Shobukhova Eyeing 3-Peat At Chicago

Can Liliya Shobukhova make it three in a row this October in the Windy City? Photo:

A win would all but guarantee a second World Marathon Majors crown.

Written by: David Monti
(c) 2011 Race Results Weekly, all rights reserved. Used with permission.

Can Liliya Shobukhova make it three in a row this October in the Windy City? Photo:

Liliya Shobukhova has a lot riding on the Bank of America Chicago Marathon.

Shobukhova, 33, the reigning World Marathon Majors series champion, has a chance to become the first athlete –male or female– to win the Chicago race three years in a row.  She is currently one of six women who have successfully defended their Chicago titles once, and she told reporters today on a conference call that to win a third consecutive time would be very difficult.

“Even though I’ve run Chicago twice before, this time it’s a new competition,” Shobukhova said with the help of a translator.  Speaking from her home in Beloretsk, Russia, she continued, “Because of that, I don’t know what’s going to happen.  Every year (executive race director) Carey Pinkowski invites the best of the best elites from the entire world, so the competition is very stiff.  Therefore I think the results will be very stiff.”

But defending her Chicago title –which would earn her $100,000 in prize money, potential time bonuses, and guarantee the full payment of her undisclosed appearance fee– is only one of four major goals for Shobukhova during the race on October 9.  A victory in Chicago would add another 25 points to her 2010/2011 World Marathon Majors point rankings, giving her a nearly insurmountable total of 90 points.  That would mean another $500,000 check for being the series champion, money which she said she plans to share with her extended family.

“I already have a large house,” she said, explaining that she had not yet begun construction on a hotel she had planned to build near her home.  “But, I have two sisters who would like to have a home.  There are needs in my family.”

Shobukhova also needs to run a fast time to assure selection for the 2012 Russian Olympic team.  According to her agent, Andrey Baranov, the first two women chosen for the Russian team will be selected based on the two fastest times achieved between September 1, and December 31 of this year.  The third woman will be chosen next April by the national coach.

“It is based on the time, only,” Baranov explained in a brief telephone interview with Race Results Weekly.  “Her result from London (when she ran a national record 2:20:15) doesn’t count with the Russian federation.”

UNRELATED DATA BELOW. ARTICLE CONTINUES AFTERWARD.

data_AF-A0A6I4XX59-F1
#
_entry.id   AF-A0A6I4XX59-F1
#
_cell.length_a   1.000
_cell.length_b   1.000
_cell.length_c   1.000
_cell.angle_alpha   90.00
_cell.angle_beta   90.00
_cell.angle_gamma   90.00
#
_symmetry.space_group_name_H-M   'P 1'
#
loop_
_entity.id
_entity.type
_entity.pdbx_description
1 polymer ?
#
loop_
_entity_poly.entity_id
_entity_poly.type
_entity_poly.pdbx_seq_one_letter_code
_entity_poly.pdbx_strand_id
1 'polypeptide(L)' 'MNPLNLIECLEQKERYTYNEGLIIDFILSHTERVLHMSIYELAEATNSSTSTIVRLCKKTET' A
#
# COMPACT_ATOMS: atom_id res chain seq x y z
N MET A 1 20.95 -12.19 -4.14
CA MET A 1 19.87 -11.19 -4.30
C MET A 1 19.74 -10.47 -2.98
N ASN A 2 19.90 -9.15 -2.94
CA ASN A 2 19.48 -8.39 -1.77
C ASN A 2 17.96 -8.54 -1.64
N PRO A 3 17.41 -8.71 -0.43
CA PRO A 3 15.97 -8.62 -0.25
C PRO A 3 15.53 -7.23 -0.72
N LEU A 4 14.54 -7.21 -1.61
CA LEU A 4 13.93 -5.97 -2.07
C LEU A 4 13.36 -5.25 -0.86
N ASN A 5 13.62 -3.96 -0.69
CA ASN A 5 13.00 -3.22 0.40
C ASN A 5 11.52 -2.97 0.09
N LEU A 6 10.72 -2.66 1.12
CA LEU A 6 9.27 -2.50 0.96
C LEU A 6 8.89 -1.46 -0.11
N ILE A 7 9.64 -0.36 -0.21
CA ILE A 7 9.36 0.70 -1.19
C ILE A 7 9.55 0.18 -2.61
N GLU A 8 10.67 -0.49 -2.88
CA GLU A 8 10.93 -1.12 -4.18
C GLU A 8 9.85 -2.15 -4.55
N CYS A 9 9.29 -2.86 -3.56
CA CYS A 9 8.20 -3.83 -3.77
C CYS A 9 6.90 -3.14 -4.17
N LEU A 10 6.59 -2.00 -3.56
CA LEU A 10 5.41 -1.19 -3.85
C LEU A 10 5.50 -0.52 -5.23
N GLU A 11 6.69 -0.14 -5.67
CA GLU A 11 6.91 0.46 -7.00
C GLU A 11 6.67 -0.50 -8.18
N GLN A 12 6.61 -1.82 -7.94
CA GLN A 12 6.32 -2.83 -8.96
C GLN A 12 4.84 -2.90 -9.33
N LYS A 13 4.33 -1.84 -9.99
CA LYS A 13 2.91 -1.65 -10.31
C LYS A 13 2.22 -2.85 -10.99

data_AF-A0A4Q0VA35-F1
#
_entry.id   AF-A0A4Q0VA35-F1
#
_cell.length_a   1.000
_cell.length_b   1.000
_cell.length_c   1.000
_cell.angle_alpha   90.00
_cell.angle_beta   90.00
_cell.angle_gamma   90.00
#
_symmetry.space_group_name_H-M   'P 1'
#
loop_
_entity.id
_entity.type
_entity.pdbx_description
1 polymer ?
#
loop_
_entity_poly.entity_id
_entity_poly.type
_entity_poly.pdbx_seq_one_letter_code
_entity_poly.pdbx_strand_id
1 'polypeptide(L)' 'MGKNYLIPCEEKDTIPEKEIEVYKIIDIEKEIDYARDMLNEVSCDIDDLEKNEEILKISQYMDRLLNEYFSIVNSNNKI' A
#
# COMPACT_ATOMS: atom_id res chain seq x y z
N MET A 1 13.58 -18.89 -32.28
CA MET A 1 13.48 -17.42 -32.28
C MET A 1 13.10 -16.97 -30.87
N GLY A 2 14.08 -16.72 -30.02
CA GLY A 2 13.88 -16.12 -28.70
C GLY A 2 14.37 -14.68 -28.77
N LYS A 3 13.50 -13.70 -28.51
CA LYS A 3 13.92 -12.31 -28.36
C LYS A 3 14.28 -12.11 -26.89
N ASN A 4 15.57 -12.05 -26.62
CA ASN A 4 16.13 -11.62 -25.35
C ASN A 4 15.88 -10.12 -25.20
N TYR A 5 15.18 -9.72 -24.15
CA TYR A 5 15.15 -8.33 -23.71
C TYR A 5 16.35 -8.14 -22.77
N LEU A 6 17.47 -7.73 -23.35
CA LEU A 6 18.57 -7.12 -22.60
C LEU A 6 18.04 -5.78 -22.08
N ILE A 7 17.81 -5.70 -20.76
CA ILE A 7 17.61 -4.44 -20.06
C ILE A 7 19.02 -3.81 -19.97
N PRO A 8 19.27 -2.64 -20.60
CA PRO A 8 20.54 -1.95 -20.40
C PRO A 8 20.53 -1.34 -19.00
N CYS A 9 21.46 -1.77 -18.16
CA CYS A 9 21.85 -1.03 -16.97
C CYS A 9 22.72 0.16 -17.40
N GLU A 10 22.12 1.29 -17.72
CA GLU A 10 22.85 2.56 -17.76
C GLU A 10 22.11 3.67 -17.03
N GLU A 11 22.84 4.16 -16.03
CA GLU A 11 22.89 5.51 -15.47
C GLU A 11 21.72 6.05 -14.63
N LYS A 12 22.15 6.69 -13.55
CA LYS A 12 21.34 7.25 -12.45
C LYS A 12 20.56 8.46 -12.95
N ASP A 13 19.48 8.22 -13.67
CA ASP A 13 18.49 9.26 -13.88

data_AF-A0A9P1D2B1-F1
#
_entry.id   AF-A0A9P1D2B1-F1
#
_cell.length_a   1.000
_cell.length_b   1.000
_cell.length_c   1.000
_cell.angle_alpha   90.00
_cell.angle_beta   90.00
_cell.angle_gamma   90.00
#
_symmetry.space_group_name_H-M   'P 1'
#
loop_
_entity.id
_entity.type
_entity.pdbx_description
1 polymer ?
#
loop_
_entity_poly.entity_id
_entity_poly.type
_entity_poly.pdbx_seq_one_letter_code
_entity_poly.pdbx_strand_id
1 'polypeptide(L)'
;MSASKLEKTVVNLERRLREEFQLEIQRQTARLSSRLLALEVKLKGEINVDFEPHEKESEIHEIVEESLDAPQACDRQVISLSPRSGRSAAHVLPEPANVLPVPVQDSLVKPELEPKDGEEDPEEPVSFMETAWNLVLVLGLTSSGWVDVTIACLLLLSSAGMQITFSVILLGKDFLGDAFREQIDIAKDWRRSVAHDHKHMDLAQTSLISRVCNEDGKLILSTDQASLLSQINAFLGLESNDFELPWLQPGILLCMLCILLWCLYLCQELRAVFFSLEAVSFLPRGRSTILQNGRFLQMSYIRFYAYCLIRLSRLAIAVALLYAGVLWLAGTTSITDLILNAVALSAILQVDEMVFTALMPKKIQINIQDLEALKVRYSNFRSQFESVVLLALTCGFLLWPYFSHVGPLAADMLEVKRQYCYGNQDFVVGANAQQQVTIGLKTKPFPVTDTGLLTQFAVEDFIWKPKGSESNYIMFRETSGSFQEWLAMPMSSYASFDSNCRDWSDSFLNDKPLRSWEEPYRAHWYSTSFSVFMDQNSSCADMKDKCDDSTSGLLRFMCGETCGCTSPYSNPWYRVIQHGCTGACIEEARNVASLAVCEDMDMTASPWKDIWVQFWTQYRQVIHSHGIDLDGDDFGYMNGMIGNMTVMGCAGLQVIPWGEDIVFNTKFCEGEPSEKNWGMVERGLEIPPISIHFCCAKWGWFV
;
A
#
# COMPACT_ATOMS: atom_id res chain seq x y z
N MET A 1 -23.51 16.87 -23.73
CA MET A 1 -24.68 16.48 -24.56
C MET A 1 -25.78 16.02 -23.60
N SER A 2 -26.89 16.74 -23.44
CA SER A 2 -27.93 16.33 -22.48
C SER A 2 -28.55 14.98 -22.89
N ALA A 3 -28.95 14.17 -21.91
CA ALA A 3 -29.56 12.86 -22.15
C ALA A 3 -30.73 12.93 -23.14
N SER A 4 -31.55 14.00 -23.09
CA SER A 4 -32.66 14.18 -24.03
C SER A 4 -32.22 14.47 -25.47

Shobukhova was careful not to presume selection.  “At this point, I’m still a candidate for the team, but the decision will be made next year, so I can’t say or not.  A lot depends on how I run the Chicago Marathon.  After that, they will be able to tell me for sure.”

Improving with every race, Shobukhova has run each of her five marathons faster than the previous one, and she hopes to run faster still in Chicago.  She made her debut in London in 2009 in 2:24:24, good for third place, then won Chicago in 2009 (2:25:56), London in 2010 (2:22:00), and Chicago in 2010 (2:20:35).  At London last April, she finished second to Kenya’s Mary Keitany and came very close to joining the exclusive sub-2:20 club with her 2:20:15 national record.  Clocking a sub-2:20 is definitely on her mind for Chicago.

“Since I’ve already run 2:20 twice, I’d like to make a higher goal for myself and run under 2:20,” she said.

Shobukhova’s key to winning races has been her ability to run fast in the second half, while her opponents fade.  When she won Chicago for the first time in 2009, she zipped through the second half in 1:10:51 off of a dawdling first-half pace.  At London last April, she ran the second half in 1:09:38, a time which would win most half marathons.  She said that in her training she focuses on accelerating in the second half, on both hard and easy days.

“There is no secret in my training,” she concluded.  “In my training I always try to run the second half faster than the first half.  Even if it is very hard to run, I try to run the second half two to three seconds (per kilometer) faster than the first.”

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